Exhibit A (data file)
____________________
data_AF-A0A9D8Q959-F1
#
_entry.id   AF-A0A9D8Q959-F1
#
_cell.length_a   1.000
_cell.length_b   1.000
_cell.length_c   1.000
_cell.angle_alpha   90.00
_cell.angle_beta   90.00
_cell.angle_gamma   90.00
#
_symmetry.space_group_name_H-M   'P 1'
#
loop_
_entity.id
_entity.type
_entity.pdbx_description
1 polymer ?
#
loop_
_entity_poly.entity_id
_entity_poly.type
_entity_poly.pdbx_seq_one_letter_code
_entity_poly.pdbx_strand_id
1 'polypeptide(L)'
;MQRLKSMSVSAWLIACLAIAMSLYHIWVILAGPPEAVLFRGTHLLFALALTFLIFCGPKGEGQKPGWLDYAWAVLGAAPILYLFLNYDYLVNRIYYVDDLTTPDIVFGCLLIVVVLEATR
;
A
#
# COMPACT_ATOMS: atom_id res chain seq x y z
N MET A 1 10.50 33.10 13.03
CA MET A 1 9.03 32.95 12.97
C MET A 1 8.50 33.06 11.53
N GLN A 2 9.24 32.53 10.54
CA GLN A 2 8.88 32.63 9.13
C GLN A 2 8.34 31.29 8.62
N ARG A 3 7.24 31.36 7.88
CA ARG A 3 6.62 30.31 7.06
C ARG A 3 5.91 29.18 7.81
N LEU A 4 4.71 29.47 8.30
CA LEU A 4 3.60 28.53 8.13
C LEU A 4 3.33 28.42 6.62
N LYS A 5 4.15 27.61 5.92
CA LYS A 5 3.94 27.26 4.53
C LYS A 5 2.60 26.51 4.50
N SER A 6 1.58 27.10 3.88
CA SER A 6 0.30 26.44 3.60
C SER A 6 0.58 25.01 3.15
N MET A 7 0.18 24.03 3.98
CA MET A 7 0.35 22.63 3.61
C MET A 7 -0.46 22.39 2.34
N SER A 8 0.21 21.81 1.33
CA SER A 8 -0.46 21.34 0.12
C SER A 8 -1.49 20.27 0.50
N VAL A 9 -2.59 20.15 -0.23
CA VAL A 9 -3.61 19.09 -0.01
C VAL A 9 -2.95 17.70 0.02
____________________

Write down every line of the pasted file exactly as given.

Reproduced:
data_AF-A0A9D8Q959-F1
#
_entry.id   AF-A0A9D8Q959-F1
#
_cell.length_a   1.000
_cell.length_b   1.000
_cell.length_c   1.000
_cell.angle_alpha   90.00
_cell.angle_beta   90.00
_cell.angle_gamma   90.00
#
_symmetry.space_group_name_H-M   'P 1'
#
loop_
_entity.id
_entity.type
_entity.pdbx_description
1 polymer ?
#
loop_
_entity_poly.entity_id
_entity_poly.type
_entity_poly.pdbx_seq_one_letter_code
_entity_poly.pdbx_strand_id
1 'polypeptide(L)'
;MQRLKSMSVSAWLIACLAIAMSLYHIWVILAGPPEAVLFRGTHLLFALALTFLIFCGPKGEGQKPGWLDYAWAVLGAAPILYLFLNYDYLVNRIYYVDDLTTPDIVFGCLLIVVVLEATR
;
A
#
# COMPACT_ATOMS: atom_id res chain seq x y z
N MET A 1 10.50 33.10 13.03
CA MET A 1 9.03 32.95 12.97
C MET A 1 8.50 33.06 11.53
N GLN A 2 9.24 32.53 10.54
CA GLN A 2 8.88 32.63 9.13
C GLN A 2 8.34 31.29 8.62
N ARG A 3 7.24 31.36 7.88
CA ARG A 3 6.62 30.31 7.06
C ARG A 3 5.91 29.18 7.81
N LEU A 4 4.71 29.47 8.30
CA LEU A 4 3.60 28.53 8.13
C LEU A 4 3.33 28.42 6.62
N LYS A 5 4.15 27.61 5.92
CA LYS A 5 3.94 27.26 4.53
C LYS A 5 2.60 26.51 4.50
N SER A 6 1.58 27.10 3.88
CA SER A 6 0.30 26.44 3.60
C SER A 6 0.58 25.01 3.15
N MET A 7 0.18 24.03 3.98
CA MET A 7 0.35 22.63 3.61
C MET A 7 -0.46 22.39 2.34
N SER A 8 0.21 21.81 1.33
CA SER A 8 -0.46 21.34 0.12
C SER A 8 -1.49 20.27 0.50
N VAL A 9 -2.59 20.15 -0.23
CA VAL A 9 -3.61 19.09 -0.01
C VAL A 9 -2.95 17.70 0.02